Both Henry Ford and the Wright Brothers must have dreamt about a car that could fly, but did they really think it would ever be a reality? Once a crazy idea, this concept is no longer just a wild dream. Flying cars is something right out of the Jetsons, but they are no longer figments of our imagination. Say hello to the Terrafugia Transition, the morphing of a car and an airplane. The result is astonishing, including the performance and of course—the sticker price.
Terrafugia Transition was designed to operate as both a small aircraft and an on-road vehicle. Terrafugia began developing the Transition in 2006 and production versions of the vehicle won’t be available until 2021. In addition, the company is also developing a Hybrid-Electric model called the TF-X which should go on the market six years after the Transition. Featuring folding wings, a pusher propeller and a twin tail, the Transition is both air ready and road ready in just minutes!
The car is designed to carry two people, plus luggage, and uses only a single tank of unleaded gasoline. Made out of carbon-fiber, the Transition will reportedly have a range of 489 miles, using automotive premium grade unleaded and with an average cruising flight speed of 107 mph. Equipment includes a Dynon Skyview glass panel avionics system, an airframe parachute, and an optional autopilot. On the road, it can drive up to 70 miles per hour, so you won’t be able to speed excessively in the Transition.
Five years ago, it was announced that the Terrafugia Transition had been granted an exemption from the FAA concerning its Maximum Takeoff Weight (MTOW) allowing the Transition to be certified with a take-off weight up to 1,430 pounds. And the National Highway Traffic Safety Administration (NHTSA) approved requested changes to the car/plane around the same time, including the use of lighter weight motorcycle tires instead of RV tires, polycarbonate for the windshield and side windows, basic airbags instead of advanced, dual stage airbags and to not include an electronic stability control system. They made it lighter and faster and hopefully safer as well.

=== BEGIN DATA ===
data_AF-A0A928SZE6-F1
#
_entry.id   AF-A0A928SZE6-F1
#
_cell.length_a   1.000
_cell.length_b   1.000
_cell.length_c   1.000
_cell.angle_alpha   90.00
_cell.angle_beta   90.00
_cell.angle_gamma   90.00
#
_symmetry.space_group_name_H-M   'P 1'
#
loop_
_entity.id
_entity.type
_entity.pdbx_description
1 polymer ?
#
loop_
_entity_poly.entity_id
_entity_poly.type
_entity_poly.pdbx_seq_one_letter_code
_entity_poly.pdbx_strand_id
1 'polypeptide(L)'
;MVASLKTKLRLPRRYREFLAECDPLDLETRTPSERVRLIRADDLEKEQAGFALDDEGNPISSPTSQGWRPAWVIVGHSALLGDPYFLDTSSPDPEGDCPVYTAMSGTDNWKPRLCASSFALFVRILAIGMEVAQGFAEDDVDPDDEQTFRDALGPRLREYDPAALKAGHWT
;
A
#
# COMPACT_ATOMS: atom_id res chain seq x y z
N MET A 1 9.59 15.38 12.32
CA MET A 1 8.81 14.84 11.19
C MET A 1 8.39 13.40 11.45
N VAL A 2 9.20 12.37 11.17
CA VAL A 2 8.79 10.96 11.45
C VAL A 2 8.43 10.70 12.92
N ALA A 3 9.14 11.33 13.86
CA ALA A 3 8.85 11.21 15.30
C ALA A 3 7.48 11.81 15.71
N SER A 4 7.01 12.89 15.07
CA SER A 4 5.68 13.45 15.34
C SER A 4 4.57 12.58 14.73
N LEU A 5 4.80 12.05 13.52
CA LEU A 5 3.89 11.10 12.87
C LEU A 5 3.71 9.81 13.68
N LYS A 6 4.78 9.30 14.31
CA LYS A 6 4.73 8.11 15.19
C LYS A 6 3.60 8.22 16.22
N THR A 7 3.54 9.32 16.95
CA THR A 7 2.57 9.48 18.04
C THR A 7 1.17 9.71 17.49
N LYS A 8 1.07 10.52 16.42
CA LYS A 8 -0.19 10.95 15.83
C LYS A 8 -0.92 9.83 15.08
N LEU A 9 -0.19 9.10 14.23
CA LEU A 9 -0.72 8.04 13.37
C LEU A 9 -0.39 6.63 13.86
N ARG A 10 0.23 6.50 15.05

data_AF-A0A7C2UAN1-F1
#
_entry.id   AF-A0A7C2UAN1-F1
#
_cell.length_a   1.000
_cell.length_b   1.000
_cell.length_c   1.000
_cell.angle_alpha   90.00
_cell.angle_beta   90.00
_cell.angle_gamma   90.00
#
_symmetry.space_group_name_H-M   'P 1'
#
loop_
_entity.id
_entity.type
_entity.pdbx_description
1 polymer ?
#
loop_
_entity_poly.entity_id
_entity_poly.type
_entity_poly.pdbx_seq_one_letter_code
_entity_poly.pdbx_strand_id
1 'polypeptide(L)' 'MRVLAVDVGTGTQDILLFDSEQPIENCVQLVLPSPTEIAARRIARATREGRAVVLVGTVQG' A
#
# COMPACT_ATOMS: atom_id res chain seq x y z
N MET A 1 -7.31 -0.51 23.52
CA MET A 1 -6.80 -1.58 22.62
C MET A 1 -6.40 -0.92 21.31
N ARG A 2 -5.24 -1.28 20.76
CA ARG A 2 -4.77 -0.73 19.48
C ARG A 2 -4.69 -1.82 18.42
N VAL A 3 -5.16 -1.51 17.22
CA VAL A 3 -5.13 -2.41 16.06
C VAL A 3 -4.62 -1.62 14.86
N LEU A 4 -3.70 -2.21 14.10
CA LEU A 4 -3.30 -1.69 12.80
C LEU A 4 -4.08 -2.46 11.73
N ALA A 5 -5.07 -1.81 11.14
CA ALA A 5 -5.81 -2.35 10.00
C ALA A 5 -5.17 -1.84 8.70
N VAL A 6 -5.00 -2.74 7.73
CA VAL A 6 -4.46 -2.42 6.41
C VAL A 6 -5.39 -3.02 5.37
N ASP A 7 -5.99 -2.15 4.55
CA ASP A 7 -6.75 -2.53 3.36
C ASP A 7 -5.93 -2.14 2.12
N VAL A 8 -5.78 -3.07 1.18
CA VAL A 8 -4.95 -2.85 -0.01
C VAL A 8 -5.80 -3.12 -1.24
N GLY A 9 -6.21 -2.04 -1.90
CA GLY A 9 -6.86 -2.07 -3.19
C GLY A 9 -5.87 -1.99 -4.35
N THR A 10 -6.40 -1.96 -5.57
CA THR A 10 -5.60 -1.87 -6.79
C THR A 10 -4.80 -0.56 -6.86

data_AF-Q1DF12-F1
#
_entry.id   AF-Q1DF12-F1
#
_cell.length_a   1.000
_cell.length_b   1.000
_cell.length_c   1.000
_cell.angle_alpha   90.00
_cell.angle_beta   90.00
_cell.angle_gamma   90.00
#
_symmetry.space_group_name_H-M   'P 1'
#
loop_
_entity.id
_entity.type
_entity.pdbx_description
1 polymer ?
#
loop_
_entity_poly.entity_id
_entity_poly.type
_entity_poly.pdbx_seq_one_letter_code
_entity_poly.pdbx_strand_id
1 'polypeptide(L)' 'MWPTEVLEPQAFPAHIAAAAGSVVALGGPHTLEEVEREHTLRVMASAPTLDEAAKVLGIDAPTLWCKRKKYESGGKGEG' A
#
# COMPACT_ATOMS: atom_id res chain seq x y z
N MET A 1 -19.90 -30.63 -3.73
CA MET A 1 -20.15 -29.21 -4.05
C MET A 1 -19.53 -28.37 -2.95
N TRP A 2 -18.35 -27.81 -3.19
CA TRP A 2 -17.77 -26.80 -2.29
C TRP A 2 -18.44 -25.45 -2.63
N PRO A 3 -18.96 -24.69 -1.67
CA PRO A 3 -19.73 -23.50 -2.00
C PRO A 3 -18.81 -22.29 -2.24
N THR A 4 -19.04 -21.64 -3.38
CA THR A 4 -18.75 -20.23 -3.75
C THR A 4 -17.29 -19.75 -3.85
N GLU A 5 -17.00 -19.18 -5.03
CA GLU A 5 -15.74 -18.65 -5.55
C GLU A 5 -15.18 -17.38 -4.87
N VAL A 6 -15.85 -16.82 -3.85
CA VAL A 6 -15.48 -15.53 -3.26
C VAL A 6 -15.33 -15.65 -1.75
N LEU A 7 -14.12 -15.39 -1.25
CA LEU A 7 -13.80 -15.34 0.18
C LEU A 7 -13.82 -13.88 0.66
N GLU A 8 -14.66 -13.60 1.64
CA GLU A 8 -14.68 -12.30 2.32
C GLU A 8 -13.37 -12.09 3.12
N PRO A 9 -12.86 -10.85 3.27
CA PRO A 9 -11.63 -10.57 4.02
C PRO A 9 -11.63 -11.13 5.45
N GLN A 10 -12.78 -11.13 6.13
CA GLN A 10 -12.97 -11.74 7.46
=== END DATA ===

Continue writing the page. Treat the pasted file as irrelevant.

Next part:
The base price of the Terrafugia Transition is $279,000 and the company has more than 200 deposits for the car that flies. Many celebrities (names withheld) are lining up to have the very first Transitions. With options and additional equipment, the Transition can cost as much as $420,000!
How does this flying car affect the collision repair industry? Well, only time will tell. But, imagine the day when you’re not just fixing cars, but planes that drive as well? Will there be DRPs dealing with the Terrafugia Transition and will they be able to get enough miles out of a gallon of gas to adhere to CAFÉ laws? And will there be special I-CAR classes training techs about how to work on the Terrafugia Transition? Right now, shops are scrambling for certifications with leading brands (Tesla, BMW, Porsche, etc.) so who will be the first body shop in the country to be 100% certified to work on the Terrafugia Transition? (I bet it’s one in close proximity to an airport.)
Stay tuned—because the sky is the limit with cars that can fly and the Transition is the first version, but undoubtedly many more will follow. By the year 2040, we’ll be laughing at people who still drive on the ground as being late adapters--like folks who still use VHS and old flip cell phones.
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